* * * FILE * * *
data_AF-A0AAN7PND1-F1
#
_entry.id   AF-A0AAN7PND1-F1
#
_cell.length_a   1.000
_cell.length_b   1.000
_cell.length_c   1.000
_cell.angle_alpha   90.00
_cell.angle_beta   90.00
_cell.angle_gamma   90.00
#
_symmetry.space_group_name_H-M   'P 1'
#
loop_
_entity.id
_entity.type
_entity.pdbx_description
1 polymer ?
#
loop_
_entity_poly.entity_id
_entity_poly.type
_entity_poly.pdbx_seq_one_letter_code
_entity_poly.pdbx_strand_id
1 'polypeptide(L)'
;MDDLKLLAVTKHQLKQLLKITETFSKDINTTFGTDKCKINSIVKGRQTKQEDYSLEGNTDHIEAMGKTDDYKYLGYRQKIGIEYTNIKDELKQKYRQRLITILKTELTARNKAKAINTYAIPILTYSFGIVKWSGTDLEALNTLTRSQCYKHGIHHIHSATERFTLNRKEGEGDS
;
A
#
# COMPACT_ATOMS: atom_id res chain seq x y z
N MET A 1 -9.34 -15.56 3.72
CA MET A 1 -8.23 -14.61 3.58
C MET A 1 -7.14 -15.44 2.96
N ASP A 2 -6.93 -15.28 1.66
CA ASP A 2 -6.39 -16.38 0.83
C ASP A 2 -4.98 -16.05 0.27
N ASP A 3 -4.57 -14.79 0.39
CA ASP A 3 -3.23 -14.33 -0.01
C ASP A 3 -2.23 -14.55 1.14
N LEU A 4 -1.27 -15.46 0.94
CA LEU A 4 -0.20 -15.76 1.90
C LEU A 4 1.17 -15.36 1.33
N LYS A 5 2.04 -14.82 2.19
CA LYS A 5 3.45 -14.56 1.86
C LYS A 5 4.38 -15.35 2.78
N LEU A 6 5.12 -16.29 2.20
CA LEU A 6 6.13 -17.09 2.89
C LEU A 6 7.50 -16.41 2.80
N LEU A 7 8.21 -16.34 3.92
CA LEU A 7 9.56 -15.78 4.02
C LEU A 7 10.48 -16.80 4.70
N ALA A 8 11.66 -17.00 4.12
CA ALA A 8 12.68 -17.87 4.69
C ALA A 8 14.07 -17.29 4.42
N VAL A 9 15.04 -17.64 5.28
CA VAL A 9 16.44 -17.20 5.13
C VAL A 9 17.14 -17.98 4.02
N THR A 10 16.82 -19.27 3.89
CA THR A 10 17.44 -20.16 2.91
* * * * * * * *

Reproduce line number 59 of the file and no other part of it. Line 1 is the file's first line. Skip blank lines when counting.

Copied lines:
CA THR A 10 17.44 -20.16 2.91